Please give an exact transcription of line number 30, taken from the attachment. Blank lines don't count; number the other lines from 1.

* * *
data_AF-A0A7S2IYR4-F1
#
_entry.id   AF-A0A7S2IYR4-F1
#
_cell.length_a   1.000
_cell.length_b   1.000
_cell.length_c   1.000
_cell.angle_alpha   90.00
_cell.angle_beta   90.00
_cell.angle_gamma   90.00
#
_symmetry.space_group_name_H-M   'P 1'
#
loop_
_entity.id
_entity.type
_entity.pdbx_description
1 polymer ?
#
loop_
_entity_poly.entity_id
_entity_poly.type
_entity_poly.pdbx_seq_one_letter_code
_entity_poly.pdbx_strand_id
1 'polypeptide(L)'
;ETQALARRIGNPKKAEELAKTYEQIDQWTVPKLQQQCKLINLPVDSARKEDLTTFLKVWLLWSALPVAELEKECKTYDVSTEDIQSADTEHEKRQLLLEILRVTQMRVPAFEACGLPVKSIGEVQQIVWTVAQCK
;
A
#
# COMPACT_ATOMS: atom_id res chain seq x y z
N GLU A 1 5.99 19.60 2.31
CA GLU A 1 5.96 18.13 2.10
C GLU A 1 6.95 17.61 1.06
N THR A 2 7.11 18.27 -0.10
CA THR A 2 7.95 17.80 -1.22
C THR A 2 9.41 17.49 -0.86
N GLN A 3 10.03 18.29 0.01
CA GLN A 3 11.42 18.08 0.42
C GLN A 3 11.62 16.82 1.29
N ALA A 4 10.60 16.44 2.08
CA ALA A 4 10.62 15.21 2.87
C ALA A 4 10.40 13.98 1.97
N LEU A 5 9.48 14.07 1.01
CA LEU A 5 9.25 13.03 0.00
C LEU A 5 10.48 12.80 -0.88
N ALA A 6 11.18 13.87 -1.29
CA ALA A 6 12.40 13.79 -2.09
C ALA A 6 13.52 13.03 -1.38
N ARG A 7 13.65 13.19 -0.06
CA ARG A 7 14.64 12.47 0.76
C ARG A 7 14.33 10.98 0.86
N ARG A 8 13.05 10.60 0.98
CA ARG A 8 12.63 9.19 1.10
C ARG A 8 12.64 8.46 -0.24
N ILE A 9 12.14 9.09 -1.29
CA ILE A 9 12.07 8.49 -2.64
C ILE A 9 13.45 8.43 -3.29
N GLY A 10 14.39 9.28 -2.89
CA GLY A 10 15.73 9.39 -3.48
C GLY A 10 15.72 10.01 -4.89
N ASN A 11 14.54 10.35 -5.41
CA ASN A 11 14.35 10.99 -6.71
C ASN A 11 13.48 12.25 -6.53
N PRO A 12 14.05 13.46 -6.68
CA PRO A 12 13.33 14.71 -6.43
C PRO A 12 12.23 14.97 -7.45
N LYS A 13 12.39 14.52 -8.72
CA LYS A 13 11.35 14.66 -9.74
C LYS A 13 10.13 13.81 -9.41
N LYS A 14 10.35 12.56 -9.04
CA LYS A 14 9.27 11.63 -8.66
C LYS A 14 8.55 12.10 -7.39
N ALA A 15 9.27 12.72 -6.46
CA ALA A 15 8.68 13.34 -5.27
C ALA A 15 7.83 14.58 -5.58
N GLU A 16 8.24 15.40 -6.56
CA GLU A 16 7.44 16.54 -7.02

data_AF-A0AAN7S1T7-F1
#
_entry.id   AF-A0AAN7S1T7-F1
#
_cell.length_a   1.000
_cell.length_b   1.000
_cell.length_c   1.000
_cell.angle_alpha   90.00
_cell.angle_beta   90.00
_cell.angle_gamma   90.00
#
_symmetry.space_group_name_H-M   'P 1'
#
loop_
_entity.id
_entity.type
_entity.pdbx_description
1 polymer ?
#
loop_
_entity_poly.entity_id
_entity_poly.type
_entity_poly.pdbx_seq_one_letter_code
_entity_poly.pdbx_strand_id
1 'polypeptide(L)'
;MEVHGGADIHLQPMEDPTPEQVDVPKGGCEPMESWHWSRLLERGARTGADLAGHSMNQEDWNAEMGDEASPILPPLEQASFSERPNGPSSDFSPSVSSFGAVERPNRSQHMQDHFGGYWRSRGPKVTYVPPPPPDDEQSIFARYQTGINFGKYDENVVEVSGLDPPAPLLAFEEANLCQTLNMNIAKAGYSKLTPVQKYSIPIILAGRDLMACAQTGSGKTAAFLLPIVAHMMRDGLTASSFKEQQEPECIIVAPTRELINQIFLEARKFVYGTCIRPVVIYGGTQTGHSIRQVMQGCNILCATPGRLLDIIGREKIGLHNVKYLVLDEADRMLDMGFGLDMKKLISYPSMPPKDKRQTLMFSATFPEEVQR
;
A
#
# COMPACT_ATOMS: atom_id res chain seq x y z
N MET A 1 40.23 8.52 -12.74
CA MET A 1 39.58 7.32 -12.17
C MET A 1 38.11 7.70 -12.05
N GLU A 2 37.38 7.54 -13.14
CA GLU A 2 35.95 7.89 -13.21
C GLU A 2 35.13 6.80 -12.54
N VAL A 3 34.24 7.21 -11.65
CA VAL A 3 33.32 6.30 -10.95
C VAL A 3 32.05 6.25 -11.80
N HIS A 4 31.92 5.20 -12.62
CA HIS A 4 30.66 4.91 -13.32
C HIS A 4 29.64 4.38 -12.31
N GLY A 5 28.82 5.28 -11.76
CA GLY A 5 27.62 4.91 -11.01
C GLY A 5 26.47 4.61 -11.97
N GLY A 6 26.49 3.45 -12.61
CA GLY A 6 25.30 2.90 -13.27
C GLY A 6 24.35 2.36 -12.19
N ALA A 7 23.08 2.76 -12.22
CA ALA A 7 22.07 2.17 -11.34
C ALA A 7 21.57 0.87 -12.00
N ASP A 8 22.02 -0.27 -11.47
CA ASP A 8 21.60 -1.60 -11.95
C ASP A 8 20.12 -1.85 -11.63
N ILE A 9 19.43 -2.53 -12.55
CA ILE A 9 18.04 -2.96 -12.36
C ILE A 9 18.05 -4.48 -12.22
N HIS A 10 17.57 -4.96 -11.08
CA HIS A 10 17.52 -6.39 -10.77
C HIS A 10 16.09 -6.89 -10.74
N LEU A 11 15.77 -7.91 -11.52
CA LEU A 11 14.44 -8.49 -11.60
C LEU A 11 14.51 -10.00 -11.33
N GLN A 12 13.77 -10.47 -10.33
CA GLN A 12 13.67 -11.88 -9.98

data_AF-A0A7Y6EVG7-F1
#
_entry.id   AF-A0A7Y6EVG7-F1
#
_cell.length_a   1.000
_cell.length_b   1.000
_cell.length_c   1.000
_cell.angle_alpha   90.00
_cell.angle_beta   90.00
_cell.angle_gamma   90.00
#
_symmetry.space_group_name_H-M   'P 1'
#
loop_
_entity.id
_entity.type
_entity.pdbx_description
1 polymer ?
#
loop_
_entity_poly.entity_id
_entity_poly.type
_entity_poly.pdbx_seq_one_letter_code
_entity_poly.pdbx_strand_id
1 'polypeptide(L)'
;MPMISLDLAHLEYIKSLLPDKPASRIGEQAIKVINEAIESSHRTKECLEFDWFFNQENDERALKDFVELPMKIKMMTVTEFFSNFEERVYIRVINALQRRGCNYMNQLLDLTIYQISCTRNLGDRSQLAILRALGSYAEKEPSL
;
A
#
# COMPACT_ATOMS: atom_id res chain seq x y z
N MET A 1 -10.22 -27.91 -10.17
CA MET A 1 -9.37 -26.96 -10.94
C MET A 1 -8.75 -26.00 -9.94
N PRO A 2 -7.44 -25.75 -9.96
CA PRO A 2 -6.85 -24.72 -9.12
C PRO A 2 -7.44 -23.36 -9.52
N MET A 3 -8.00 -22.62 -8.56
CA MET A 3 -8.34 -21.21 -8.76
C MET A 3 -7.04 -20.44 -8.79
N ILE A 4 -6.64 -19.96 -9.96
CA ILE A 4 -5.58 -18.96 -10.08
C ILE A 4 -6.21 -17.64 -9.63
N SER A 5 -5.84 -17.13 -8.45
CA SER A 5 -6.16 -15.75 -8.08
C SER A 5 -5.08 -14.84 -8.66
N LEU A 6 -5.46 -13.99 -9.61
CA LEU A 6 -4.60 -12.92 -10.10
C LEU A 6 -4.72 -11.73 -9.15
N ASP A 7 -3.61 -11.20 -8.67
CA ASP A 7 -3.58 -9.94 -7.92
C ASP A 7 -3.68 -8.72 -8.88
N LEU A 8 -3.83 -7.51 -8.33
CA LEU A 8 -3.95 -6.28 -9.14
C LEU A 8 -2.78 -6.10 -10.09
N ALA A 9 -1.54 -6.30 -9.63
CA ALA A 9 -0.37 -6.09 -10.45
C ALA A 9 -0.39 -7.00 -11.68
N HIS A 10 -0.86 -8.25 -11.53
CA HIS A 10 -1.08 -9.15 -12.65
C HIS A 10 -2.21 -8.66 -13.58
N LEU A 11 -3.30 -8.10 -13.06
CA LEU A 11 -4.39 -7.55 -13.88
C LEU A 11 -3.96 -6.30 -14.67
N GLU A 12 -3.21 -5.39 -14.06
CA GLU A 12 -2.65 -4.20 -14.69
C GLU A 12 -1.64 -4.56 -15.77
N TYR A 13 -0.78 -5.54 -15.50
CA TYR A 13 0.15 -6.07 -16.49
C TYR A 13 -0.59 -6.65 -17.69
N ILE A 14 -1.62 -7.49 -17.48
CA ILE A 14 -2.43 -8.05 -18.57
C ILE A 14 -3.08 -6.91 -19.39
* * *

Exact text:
# COMPACT_ATOMS: atom_id res chain seq x y z